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May 30, 2017 03:03PM

For the dogs: Local club brings together people and pups

By Sharon Wren
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Quad Cities Dog Obedience Club member Tracy Rice poses with her 3-year-old golden retriever, Cooper, and AKC judge, Ms. L. Lazzara. Ms. Rice and Cooper finished their American Kennel Club Rally Novice title.
Whether you're looking for help to train a new dog, or you and your four-legged baby want to make more friends, you don't have to search online or try to meet people at the canine equivalent of a single's bar: the dog park. The Quad Cities Dog Obedience Club offers training and social events in its spacious, heated and air conditioned clubhouse and training facility in Milan.

"Our mission is to help people train their dogs to be well-behaved family and community members," says club president Linda Brown. "We'd like people to know how important it is to socialize our puppies and dogs around other humans and canines. At our club, dogs receive socialization and positive training through the classes we offer. Any dog is welcome at our club — pure-bred dogs, mixed breeds, big or small. We try to help all."

It's not all business at the club, Brown says. "We have quite a few activities that we do throughout the year, including a Halloween party for our dogs, a holiday party, cookouts, parades, library visits and the Radish (Healthy Living) Fair, where a few of our members and their dogs have been Pet of the Year. We attend the Mutt Strut that benefits our neighbor, the Quad City Animal Welfare Center, where we promote the AKC's (American Kennel Club's) Responsible Dog Ownership Month."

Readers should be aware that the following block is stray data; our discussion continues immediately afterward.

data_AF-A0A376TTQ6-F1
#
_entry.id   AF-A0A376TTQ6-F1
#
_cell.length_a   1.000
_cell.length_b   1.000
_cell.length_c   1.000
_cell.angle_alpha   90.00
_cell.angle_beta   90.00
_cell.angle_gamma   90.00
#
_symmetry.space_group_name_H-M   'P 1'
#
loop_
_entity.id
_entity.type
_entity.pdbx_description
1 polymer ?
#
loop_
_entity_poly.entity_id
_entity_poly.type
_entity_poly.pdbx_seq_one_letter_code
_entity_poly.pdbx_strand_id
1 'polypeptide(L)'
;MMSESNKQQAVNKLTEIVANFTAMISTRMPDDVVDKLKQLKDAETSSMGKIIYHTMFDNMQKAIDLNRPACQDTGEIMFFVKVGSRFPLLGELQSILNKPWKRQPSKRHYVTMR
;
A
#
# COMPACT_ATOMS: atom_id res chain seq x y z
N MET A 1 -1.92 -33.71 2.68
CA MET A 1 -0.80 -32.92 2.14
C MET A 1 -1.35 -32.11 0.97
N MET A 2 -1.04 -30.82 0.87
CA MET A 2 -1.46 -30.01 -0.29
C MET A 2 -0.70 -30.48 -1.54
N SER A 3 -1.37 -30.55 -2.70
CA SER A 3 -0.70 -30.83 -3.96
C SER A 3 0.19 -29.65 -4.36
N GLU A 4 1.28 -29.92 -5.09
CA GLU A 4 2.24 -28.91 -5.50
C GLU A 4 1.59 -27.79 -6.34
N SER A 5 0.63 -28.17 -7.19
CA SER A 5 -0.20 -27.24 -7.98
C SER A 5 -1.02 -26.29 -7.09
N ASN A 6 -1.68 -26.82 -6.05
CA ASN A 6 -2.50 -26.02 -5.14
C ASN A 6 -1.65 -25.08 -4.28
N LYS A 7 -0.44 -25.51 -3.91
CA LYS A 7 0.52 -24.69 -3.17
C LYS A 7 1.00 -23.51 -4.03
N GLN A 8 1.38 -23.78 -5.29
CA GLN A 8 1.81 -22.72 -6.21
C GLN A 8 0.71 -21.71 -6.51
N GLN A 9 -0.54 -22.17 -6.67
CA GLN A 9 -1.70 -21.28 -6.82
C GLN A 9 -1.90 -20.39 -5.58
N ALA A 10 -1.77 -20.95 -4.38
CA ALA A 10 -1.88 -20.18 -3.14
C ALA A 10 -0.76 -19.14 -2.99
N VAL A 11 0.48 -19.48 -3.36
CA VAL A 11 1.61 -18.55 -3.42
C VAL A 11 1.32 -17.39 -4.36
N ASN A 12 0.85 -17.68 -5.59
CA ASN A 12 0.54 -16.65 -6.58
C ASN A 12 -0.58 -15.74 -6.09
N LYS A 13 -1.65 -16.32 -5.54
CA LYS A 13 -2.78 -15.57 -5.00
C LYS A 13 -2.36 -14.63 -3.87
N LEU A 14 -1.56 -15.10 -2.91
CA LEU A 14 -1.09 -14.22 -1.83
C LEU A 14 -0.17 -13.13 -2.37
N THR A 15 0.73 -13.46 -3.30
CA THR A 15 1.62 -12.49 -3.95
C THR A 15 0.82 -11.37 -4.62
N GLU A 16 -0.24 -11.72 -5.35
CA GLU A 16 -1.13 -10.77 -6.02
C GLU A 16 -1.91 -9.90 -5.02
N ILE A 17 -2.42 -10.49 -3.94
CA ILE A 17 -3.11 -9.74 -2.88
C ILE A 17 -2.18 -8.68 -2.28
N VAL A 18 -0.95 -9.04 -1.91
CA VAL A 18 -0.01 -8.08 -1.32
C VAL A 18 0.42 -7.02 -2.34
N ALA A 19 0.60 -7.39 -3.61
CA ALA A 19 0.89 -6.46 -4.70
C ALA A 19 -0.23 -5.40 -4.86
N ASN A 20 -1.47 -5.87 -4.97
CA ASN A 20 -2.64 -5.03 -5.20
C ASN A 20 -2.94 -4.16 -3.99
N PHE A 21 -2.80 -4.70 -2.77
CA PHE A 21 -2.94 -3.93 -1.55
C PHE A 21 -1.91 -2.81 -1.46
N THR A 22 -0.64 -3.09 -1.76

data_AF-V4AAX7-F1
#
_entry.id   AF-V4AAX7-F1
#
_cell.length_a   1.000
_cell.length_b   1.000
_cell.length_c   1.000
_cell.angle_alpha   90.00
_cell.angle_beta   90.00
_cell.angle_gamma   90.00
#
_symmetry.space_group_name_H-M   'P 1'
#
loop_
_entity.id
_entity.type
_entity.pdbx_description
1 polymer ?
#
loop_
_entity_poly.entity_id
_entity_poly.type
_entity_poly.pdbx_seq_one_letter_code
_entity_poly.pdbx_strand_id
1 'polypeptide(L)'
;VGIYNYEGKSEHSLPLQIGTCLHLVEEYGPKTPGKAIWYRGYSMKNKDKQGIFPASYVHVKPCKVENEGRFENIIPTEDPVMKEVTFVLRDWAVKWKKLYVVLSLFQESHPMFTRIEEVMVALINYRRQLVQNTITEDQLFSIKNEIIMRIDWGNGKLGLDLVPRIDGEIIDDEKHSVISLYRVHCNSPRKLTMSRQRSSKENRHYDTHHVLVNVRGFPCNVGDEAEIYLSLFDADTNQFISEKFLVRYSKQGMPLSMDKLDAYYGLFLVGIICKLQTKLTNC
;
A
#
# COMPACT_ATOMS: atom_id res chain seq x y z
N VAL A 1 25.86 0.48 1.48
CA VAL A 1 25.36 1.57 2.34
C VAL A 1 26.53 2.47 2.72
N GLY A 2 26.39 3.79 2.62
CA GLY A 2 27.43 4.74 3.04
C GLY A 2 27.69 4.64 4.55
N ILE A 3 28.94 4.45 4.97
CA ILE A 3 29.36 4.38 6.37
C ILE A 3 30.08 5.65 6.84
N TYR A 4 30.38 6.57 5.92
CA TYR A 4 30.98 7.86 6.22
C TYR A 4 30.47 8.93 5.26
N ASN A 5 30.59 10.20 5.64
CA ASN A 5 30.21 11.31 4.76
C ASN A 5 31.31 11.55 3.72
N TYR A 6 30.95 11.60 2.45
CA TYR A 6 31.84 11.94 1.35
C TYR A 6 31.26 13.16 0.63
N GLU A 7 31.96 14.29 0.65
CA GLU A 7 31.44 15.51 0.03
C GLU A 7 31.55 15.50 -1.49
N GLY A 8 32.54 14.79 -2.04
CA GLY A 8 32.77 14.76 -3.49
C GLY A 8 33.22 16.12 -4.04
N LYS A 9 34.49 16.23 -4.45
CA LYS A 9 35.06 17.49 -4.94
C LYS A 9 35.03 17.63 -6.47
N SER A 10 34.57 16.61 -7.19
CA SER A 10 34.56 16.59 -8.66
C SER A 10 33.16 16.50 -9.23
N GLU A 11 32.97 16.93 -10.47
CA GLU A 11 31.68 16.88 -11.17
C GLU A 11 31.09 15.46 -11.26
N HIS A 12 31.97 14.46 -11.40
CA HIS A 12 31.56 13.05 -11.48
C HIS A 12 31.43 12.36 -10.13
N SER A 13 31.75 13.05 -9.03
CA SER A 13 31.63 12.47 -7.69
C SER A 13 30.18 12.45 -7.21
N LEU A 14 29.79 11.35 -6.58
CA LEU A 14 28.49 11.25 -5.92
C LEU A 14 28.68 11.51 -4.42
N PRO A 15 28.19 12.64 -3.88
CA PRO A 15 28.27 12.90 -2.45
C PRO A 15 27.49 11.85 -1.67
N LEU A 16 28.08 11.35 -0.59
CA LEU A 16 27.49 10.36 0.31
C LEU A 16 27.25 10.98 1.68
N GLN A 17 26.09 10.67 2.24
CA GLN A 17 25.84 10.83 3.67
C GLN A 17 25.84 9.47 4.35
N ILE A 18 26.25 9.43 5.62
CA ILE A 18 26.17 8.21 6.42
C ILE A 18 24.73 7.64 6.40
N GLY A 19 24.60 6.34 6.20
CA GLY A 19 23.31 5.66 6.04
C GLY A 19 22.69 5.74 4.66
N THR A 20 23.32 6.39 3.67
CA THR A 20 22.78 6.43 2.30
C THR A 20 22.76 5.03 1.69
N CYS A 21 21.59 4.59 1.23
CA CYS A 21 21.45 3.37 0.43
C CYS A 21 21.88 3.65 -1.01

Brown says the club will celebrate its 50th anniversary this year, so it is planning a fall open house at the club, 803 W. 2nd Ave., Milan. "People will be able to come in, meet us and see the things we do."

Joining the club takes a small investment of time, but it's worth it, Brown says. To become a member, dog owners must pay for and attend six weeks of a puppy or beginner class, and then submit a membership application at one of the monthly meetings so the club may "meet you and vote you in for membership," Brown says.

An annual membership costs $35, plus training fees. "Dogs that have been adopted from any area shelter or rescue within the year of their class (with proof) can receive a 50-percent refund on their class fee" if you attend at least four of the six classes, which are taught by experienced and educated member volunteers, Brown says.

Membership entitles owners to attend any appropriate level of classes with their dogs at any time, as well as occasional seminars on dog training and care.

The club, which is affiliated with the American Kennel Club (AKC), offers obedience classes at the puppy, beginner and family-dog levels; AKC obedience, or rally obedience classes for those who want to compete with their dogs; conformation classes, and a drafting class, where dogs can be taught to pull a cart or wagon.

Instructors beyond the puppy level have earned at least one competitive title with a dog. "Some of our members compete in AKC events such as conformation, obedience, agility and rally; hunt tests," and more, Brown says.

A few of the members also work with the AKC. "Some of us are AKC testers for the Canine Good Citizen program and STAR puppy. We run the CGC test every few months, and it is open to any dog that can pass the 10 items. We encourage all of our class participants to try this."

At its Healthy Living Fair booth, Brown says the club will offer information and class schedules, and answer any questions attendees may have.

"We usually have a friendly, well-behaved, obedient dog or two at our table," too, Brown says.

If you happen to have your pup with you at the fair, too, on June 17, stop by the Radish booth just before 11 a.m. to enter into the Radish Pet of the Year contest.
Sharon Wren is an occasional Radish contributor. For more information about the Quad Cities Dog Obedience Club, call 309-787-4700 or visit qcdoc.com. Meetings are held at 7 p.m. on the third Thursday of each month.


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